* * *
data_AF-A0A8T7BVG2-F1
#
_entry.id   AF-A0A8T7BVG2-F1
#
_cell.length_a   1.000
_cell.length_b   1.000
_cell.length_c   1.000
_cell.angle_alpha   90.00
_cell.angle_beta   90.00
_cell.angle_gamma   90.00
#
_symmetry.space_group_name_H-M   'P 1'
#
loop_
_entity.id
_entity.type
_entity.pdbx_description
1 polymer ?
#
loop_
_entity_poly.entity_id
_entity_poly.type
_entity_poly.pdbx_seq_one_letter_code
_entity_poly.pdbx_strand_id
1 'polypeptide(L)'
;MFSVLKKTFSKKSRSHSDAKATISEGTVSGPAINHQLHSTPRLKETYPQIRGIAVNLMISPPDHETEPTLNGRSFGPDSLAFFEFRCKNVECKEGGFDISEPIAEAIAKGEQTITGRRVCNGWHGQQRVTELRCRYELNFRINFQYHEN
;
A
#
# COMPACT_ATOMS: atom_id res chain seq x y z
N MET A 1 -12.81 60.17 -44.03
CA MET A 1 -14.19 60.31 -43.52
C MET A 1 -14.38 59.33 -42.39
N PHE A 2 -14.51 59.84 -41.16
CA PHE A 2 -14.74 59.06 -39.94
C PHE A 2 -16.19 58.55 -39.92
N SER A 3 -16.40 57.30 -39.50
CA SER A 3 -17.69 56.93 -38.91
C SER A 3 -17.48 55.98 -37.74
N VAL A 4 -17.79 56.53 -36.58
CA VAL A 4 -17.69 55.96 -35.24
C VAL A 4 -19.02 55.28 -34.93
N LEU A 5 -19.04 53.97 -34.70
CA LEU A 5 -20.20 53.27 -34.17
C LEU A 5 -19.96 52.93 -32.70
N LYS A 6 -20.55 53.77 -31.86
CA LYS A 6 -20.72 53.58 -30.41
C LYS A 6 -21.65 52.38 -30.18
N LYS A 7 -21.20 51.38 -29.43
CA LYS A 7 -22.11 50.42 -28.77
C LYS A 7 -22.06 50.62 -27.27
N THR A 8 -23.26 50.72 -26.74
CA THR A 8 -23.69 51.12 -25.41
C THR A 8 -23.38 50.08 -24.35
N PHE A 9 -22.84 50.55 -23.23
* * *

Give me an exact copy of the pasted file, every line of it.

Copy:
data_AF-A0A8T7BVG2-F1
#
_entry.id   AF-A0A8T7BVG2-F1
#
_cell.length_a   1.000
_cell.length_b   1.000
_cell.length_c   1.000
_cell.angle_alpha   90.00
_cell.angle_beta   90.00
_cell.angle_gamma   90.00
#
_symmetry.space_group_name_H-M   'P 1'
#
loop_
_entity.id
_entity.type
_entity.pdbx_description
1 polymer ?
#
loop_
_entity_poly.entity_id
_entity_poly.type
_entity_poly.pdbx_seq_one_letter_code
_entity_poly.pdbx_strand_id
1 'polypeptide(L)'
;MFSVLKKTFSKKSRSHSDAKATISEGTVSGPAINHQLHSTPRLKETYPQIRGIAVNLMISPPDHETEPTLNGRSFGPDSLAFFEFRCKNVECKEGGFDISEPIAEAIAKGEQTITGRRVCNGWHGQQRVTELRCRYELNFRINFQYHEN
;
A
#
# COMPACT_ATOMS: atom_id res chain seq x y z
N MET A 1 -12.81 60.17 -44.03
CA MET A 1 -14.19 60.31 -43.52
C MET A 1 -14.38 59.33 -42.39
N PHE A 2 -14.51 59.84 -41.16
CA PHE A 2 -14.74 59.06 -39.94
C PHE A 2 -16.19 58.55 -39.92
N SER A 3 -16.40 57.30 -39.50
CA SER A 3 -17.69 56.93 -38.91
C SER A 3 -17.48 55.98 -37.74
N VAL A 4 -17.79 56.53 -36.58
CA VAL A 4 -17.69 55.96 -35.24
C VAL A 4 -19.02 55.28 -34.93
N LEU A 5 -19.04 53.97 -34.70
CA LEU A 5 -20.20 53.27 -34.17
C LEU A 5 -19.96 52.93 -32.70
N LYS A 6 -20.55 53.77 -31.86
CA LYS A 6 -20.72 53.58 -30.41
C LYS A 6 -21.65 52.38 -30.18
N LYS A 7 -21.20 51.38 -29.43
CA LYS A 7 -22.11 50.42 -28.77
C LYS A 7 -22.06 50.62 -27.27
N THR A 8 -23.26 50.72 -26.74
CA THR A 8 -23.69 51.12 -25.41
C THR A 8 -23.38 50.08 -24.35
N PHE A 9 -22.84 50.55 -23.23